CHARLOTTE – The Panthers get roughly five weeks off between minicamp and their annual trip to Spartanburg for training camp, and a chunk of the roster spends parts of that time meeting up for throwing sessions or spending extra time in the playbook.
Because the NFL calendar takes a break around the same time from mid-June through late July, there's a bounty of opportunities for players across the league to connect and share knowledge.
Think of the league's quarterback coaching summit or Von Miller's annual convergence of pass rushers – multiply it by a couple of extra pounds and put it in Texas, and you have the OL Masterminds conference hosted in Frisco.
Starting left tackle Ikem Ekwonu and reserve lineman Cade Mays both freshened up ahead of their second-year campaigns at the event last weekend. And it'd be safe to assume they had a pen and paper out for the occasion.
"It's all about just knowledge," Ekwonu said. "Honestly, me coming in as a rookie last year, I had a notebook both days just ready to go – soaking up as much knowledge as I can."
Coordinated by Duke Manyweather (the offensive line "guru" who hosted rookies featured in FOX Sports' "Big Boys Club O-Line Draft Academy" last spring) and Eagles right tackle Lane Johnson, OL Masterminds is a three-day event with expert panels, breakout sessions tailored to positions, video games, and brand opportunities – and Carolina's young linemen are taking advantage.
"I followed Duke a little bit throughout high school; he was doing the O-Line Masterminds thing throughout high school. And then throughout college, he started the O-Line Masterminds summit. So I definitely wanted to go as soon as I could," Ekwonu said. "I was able to go last year, finally. I've heard about him a lot. And just in the space talking offensive linemen, there are only so many guys that talk about it the way he does. (He's) definitely a guy I gravitated toward."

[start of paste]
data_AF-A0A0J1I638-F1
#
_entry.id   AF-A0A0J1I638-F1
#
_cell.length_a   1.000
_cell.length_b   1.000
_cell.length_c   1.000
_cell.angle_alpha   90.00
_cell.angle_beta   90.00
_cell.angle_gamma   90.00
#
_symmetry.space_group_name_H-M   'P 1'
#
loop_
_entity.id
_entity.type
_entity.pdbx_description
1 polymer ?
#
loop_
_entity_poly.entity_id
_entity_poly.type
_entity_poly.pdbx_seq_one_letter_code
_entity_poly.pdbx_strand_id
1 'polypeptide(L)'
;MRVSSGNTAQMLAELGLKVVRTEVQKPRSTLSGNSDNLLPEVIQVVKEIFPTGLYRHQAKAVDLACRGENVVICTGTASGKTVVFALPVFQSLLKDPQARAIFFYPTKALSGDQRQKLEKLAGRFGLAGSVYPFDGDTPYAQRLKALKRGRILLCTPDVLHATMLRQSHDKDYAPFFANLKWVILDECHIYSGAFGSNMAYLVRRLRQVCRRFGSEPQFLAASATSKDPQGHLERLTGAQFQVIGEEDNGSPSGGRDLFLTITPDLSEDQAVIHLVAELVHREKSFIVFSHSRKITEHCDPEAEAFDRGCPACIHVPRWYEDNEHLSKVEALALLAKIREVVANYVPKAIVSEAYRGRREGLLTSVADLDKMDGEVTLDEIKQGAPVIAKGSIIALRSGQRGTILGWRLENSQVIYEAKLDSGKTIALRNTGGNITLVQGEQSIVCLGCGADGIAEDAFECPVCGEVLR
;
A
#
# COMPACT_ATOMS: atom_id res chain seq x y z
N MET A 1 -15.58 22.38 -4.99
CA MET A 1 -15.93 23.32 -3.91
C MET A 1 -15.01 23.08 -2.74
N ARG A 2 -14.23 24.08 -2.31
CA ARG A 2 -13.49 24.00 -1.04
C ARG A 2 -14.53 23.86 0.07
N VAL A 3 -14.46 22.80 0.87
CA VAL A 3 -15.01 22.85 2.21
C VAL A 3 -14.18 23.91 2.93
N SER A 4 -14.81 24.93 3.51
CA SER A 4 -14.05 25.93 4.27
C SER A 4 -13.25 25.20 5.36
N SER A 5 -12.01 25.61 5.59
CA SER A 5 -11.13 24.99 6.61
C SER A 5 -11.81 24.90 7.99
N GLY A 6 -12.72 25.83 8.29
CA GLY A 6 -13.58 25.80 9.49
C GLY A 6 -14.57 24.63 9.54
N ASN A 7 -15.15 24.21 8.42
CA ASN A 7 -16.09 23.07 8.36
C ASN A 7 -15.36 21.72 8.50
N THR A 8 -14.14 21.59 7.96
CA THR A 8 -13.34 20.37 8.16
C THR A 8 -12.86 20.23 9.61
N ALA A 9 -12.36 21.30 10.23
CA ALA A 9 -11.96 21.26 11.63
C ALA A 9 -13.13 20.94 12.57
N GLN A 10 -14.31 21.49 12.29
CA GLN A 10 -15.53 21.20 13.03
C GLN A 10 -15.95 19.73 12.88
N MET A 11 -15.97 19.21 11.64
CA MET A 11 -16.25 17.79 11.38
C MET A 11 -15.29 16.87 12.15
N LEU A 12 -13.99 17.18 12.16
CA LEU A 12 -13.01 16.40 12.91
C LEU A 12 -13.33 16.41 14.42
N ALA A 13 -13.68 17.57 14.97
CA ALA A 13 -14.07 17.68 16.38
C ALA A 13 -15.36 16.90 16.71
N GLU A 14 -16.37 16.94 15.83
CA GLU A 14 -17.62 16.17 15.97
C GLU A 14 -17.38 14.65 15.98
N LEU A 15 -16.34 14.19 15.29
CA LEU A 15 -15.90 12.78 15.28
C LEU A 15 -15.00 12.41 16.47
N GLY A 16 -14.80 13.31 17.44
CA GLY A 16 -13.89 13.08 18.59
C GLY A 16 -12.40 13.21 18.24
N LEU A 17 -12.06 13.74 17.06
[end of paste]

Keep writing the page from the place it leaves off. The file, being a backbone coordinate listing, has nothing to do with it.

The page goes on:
This year's event brought more than 275 offensive linemen together and featured words from Hall of Famers Bruce Matthews, Steve Hutchinson, and Will Shields, along with Andrew Whitworth, Robbie Tobeck, Richie Incognito, and Damien Woody.
"It's all about just sharing notes, sharing knowledge about each other, sharing stuff about the game, mindset," Ekwonu said. "Telling stories and just enjoying the presence of being with guys that think like you."
Using the offseason to gain extra insight is especially beneficial for young players such as Ekwonu, a second-year starter who will be protecting rookie Bryce Young this year, and Mays, in the running to start at right guard while Austin Corbett recovers from his ACL tear.
A Swiss army knife of sorts along the offensive line, Mays was who the Panthers brought off the bench when Corbett fell injured in last season's finale, and he said he'd worked primarily at right guard and center throughout OTAs and minicamp.
"I feel more confident," Mays said. "I feel like I know the playbook better. I've been playing the majority (of reps) at right guard and center. I feel comfortable at those spots, and I just feel prepared. Like I come out here, and I feel like I'm ready."
Heading to Texas to continue that preparation is an add-on to Mays' work throughout the offseason. He said he has added more muscle, gotten more comfortable with the daily flow of the NFL, and the OLine Masterminds summit would be one of the final pieces ahead of training camp.
Mays said they'd rent a house in Texas for the weeks before training camp like last year. This summer, they have a pool, and he said they'll be doing a lot of swimming and cooking before meeting up with the rest of the team in Spartanburg.
"We're planning to do the same thing this offseason with some of my teammates I played with at Tennessee," Mays said. "It's a lot of fun, a lot of camaraderie. Just a bunch of big guys in one house."
Ekwonu joined other NFL players as part of NFL Africa's outreach efforts in Kenya, helping to grow the game of football.